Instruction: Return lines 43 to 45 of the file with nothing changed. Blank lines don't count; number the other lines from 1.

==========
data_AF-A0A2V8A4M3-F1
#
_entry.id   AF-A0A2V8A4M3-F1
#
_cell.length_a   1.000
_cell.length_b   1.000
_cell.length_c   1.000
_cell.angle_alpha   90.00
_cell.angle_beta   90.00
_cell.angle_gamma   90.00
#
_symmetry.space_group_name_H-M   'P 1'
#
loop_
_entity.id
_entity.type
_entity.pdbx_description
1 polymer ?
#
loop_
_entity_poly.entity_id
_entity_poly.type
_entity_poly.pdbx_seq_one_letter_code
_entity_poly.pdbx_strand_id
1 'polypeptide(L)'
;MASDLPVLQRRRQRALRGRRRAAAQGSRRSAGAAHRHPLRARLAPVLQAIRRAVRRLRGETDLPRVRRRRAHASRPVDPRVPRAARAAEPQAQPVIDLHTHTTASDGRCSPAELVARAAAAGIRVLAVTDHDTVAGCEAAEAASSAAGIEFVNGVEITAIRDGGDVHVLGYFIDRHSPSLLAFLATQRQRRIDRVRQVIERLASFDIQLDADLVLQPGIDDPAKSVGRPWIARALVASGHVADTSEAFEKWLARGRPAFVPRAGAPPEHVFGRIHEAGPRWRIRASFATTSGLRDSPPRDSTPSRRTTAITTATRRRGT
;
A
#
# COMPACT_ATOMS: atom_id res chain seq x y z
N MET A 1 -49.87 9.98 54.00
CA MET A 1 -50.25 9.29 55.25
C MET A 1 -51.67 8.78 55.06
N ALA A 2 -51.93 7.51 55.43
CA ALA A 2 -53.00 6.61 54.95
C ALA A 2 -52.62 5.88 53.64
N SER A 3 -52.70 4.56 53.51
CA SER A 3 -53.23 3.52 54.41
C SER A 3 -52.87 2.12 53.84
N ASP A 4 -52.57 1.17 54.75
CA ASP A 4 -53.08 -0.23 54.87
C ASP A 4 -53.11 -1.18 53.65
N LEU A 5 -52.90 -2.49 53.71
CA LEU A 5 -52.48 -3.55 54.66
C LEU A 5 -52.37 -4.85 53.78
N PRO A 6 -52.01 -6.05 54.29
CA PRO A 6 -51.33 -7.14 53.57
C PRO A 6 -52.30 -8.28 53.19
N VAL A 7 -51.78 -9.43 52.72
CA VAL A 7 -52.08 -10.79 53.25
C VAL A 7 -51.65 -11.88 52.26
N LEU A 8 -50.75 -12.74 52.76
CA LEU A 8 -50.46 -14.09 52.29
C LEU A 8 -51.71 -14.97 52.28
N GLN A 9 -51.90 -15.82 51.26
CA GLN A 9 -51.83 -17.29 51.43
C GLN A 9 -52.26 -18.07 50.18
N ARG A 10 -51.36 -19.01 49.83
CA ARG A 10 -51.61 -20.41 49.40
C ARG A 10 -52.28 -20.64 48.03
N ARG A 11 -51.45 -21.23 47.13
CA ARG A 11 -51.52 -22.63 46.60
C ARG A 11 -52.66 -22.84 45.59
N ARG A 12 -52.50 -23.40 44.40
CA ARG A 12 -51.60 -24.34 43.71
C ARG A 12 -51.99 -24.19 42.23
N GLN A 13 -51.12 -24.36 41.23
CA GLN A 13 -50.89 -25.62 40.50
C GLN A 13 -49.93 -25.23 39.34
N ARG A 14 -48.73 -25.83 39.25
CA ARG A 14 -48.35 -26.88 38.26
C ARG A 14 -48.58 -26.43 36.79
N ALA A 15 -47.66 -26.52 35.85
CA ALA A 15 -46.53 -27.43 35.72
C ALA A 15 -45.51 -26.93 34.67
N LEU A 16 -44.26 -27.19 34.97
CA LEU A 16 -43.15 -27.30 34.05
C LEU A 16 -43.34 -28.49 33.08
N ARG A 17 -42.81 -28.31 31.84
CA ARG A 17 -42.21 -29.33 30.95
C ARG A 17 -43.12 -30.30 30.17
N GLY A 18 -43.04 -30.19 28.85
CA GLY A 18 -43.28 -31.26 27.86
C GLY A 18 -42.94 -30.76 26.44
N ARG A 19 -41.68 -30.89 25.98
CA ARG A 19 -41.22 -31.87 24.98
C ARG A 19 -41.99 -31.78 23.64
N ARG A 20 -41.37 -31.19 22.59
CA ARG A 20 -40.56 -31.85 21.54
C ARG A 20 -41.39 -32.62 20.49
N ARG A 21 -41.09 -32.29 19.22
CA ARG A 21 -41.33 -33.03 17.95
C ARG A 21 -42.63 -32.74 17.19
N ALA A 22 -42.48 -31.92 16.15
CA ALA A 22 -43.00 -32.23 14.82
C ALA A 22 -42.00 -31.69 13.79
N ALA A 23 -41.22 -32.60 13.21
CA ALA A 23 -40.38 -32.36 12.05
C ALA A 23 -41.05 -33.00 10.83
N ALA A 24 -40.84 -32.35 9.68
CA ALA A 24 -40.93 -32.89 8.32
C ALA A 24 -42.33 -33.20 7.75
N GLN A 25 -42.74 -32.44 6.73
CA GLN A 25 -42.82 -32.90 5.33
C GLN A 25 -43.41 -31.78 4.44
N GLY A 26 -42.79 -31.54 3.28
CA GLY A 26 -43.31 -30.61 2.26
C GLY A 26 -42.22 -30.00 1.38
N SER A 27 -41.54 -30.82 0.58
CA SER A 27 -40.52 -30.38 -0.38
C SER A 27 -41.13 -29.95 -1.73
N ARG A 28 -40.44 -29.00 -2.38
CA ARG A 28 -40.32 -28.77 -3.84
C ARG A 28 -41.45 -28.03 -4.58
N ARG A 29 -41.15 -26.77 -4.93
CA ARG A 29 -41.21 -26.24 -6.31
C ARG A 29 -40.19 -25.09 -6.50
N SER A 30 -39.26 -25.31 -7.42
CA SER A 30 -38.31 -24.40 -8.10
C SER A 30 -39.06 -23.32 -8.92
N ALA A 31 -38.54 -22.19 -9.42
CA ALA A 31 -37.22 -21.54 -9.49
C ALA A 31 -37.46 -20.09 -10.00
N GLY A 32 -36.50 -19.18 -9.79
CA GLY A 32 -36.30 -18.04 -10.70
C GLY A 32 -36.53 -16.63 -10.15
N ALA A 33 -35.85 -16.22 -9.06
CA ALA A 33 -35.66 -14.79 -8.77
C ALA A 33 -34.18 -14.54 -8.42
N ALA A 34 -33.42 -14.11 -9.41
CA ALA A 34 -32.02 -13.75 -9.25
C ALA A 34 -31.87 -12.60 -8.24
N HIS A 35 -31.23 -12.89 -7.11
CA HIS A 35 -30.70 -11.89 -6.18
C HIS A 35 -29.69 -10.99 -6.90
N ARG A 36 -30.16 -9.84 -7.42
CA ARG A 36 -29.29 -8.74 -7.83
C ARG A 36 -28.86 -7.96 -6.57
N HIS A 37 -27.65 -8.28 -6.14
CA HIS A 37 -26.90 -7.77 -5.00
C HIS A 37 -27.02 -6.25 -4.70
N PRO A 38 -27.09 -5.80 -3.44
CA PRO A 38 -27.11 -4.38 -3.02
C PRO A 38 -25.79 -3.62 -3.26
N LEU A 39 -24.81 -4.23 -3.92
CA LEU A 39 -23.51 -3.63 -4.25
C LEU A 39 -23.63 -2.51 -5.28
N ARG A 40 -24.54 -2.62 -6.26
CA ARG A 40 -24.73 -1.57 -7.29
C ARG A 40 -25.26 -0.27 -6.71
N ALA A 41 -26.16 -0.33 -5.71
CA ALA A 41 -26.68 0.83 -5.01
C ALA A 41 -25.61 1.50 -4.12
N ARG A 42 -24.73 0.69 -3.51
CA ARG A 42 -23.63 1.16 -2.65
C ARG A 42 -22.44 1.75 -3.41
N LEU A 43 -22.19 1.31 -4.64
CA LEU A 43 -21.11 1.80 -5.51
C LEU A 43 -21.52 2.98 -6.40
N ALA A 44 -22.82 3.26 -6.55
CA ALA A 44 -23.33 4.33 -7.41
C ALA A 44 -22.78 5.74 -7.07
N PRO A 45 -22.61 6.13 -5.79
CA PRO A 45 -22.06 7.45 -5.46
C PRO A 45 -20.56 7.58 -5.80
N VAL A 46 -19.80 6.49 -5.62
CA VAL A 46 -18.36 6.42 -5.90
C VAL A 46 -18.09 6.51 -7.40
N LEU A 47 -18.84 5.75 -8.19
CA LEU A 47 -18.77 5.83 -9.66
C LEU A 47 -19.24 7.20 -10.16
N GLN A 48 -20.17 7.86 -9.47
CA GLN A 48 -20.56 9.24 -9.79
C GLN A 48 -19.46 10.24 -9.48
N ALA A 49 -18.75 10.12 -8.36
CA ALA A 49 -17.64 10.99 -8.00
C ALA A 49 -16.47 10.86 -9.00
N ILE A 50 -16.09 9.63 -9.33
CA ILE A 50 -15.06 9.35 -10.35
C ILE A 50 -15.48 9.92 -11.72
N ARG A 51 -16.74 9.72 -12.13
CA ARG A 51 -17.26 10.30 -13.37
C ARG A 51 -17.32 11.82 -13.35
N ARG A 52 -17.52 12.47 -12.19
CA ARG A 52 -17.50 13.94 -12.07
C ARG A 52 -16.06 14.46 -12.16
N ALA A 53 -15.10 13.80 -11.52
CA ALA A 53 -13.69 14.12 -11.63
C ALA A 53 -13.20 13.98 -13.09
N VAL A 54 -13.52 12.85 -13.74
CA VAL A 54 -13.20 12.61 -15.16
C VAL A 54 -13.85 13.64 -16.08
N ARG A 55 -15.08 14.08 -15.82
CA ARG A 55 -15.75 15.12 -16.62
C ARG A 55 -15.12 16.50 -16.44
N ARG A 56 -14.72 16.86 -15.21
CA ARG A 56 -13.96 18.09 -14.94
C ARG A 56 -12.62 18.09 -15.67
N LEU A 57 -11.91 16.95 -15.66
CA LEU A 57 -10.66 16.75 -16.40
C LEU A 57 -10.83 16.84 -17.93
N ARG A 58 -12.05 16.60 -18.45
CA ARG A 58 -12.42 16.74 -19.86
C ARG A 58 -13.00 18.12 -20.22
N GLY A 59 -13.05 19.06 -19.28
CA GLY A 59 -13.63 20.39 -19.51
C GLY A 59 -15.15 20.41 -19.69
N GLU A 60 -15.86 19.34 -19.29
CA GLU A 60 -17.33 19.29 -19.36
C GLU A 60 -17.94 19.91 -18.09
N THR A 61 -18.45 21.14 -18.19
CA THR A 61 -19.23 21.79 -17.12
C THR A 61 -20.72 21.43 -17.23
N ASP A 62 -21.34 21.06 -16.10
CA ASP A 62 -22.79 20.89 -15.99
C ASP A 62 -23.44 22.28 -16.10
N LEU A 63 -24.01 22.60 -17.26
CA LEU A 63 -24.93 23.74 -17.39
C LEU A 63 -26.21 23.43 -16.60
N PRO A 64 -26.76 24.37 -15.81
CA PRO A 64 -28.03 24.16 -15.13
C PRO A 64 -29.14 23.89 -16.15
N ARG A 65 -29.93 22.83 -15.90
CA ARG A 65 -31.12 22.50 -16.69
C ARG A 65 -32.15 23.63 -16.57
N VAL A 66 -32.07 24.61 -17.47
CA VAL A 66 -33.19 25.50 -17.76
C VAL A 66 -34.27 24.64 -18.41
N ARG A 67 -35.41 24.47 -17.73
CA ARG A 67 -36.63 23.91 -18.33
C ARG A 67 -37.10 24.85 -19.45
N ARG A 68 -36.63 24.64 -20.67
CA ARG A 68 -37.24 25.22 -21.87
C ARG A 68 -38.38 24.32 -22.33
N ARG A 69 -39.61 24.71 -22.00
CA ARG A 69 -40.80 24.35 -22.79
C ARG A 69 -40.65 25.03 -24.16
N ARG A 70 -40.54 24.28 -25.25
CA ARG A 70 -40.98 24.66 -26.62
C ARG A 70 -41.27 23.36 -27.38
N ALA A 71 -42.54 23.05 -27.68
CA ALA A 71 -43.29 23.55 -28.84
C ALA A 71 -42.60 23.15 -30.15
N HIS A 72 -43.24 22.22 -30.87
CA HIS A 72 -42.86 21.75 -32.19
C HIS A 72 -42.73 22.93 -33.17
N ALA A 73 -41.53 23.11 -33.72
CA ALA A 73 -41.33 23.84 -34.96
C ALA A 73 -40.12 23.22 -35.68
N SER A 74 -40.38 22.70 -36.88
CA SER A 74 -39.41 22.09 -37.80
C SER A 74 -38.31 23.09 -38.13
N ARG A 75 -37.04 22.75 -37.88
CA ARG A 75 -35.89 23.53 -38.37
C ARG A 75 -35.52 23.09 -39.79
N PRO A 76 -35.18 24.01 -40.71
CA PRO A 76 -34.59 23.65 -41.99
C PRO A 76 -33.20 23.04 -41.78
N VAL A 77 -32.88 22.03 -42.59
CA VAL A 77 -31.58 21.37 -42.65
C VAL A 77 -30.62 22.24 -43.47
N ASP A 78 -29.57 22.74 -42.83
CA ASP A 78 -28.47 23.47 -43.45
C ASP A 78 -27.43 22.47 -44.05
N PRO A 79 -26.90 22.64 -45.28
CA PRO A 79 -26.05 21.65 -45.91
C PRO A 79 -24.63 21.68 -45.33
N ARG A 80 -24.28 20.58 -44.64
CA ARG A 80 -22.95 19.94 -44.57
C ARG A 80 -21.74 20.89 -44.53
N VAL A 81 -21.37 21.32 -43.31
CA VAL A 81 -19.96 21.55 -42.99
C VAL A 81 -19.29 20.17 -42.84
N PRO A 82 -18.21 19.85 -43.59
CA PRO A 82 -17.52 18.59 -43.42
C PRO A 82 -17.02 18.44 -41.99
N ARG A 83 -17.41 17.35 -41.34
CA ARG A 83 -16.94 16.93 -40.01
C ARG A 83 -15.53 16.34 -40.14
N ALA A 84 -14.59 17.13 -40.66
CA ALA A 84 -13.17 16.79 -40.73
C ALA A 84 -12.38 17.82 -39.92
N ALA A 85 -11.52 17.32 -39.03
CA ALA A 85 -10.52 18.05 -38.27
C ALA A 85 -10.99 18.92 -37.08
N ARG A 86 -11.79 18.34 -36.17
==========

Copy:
N LEU A 5 -52.90 -2.49 53.71
CA LEU A 5 -52.48 -3.55 54.66
C LEU A 5 -52.37 -4.85 53.78